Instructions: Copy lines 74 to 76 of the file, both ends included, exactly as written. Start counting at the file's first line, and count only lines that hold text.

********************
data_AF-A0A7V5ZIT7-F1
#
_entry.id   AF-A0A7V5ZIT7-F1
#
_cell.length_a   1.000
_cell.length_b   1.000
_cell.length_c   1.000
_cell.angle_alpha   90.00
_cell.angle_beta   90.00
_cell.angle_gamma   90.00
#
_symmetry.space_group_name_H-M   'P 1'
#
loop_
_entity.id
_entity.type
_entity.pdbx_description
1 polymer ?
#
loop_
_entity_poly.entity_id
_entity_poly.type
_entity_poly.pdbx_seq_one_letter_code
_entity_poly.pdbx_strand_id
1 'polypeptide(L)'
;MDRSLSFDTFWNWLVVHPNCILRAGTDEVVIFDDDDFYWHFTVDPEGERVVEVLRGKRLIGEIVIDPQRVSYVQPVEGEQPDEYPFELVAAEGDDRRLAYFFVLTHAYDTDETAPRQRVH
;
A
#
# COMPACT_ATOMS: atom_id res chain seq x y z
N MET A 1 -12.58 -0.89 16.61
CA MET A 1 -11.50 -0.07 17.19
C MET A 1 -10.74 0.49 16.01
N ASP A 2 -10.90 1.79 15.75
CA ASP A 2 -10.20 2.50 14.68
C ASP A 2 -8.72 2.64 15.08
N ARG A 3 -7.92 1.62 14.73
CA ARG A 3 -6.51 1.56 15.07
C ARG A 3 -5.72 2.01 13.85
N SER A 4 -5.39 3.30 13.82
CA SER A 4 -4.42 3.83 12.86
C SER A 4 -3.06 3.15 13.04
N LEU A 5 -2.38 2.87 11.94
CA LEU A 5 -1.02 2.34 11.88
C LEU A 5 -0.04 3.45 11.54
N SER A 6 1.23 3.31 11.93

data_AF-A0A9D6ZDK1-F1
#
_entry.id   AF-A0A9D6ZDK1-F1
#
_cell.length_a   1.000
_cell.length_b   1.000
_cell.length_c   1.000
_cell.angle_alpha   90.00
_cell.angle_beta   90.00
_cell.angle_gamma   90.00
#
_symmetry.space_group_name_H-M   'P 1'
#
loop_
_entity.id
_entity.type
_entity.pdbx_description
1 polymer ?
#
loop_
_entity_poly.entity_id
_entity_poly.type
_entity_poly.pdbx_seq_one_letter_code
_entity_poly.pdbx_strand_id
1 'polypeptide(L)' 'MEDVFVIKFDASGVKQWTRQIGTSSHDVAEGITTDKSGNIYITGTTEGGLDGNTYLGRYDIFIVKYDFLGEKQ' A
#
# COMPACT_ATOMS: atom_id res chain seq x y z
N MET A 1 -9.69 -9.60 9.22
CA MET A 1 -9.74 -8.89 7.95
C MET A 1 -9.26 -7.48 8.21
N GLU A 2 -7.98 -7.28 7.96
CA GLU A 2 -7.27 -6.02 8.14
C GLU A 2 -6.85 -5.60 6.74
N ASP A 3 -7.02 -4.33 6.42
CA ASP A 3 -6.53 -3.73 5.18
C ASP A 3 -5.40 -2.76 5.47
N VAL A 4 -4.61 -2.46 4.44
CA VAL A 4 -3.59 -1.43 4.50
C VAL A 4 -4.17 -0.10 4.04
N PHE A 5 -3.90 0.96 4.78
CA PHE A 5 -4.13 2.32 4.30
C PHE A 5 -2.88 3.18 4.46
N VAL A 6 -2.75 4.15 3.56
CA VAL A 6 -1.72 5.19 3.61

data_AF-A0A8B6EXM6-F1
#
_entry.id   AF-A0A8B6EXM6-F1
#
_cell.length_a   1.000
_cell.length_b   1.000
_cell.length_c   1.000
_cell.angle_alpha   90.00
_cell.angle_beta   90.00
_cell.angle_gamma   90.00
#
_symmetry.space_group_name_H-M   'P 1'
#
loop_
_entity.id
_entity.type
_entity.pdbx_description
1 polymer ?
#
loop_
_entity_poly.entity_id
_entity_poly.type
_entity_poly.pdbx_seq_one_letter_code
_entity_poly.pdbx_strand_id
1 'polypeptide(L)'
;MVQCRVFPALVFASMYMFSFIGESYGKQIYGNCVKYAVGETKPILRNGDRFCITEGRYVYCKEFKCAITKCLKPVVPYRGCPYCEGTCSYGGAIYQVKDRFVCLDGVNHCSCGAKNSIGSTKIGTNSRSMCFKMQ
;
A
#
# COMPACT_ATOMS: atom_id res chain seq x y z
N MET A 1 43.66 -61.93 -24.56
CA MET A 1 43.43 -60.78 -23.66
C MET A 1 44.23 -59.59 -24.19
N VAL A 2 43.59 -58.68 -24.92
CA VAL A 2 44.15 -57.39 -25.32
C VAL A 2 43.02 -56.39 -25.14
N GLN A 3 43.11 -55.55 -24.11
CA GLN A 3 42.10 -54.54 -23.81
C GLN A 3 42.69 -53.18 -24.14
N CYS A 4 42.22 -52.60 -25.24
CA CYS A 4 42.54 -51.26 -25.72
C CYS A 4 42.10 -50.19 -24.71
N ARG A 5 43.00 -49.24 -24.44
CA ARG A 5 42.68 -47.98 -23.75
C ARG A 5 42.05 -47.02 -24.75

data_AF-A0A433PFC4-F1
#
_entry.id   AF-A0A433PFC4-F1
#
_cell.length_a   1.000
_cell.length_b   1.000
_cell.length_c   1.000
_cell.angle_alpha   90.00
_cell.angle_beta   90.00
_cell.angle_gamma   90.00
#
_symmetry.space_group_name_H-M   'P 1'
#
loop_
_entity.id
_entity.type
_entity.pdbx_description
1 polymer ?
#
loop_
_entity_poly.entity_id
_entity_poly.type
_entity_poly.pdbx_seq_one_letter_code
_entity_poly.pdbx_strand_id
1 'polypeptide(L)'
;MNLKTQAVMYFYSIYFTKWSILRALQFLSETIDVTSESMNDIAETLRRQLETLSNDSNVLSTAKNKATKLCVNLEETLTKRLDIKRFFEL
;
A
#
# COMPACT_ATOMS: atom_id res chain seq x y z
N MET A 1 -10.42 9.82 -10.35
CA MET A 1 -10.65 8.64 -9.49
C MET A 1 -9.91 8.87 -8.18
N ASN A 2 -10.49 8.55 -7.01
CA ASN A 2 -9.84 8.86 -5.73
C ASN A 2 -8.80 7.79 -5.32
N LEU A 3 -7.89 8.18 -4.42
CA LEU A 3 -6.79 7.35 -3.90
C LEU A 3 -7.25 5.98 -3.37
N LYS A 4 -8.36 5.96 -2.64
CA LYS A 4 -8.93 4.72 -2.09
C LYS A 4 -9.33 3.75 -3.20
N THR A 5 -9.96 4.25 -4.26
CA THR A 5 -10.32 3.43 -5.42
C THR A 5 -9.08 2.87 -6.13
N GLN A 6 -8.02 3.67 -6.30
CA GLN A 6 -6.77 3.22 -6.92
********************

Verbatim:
N MET A 1 -9.69 -9.60 9.22
CA MET A 1 -9.74 -8.89 7.95
C MET A 1 -9.26 -7.48 8.21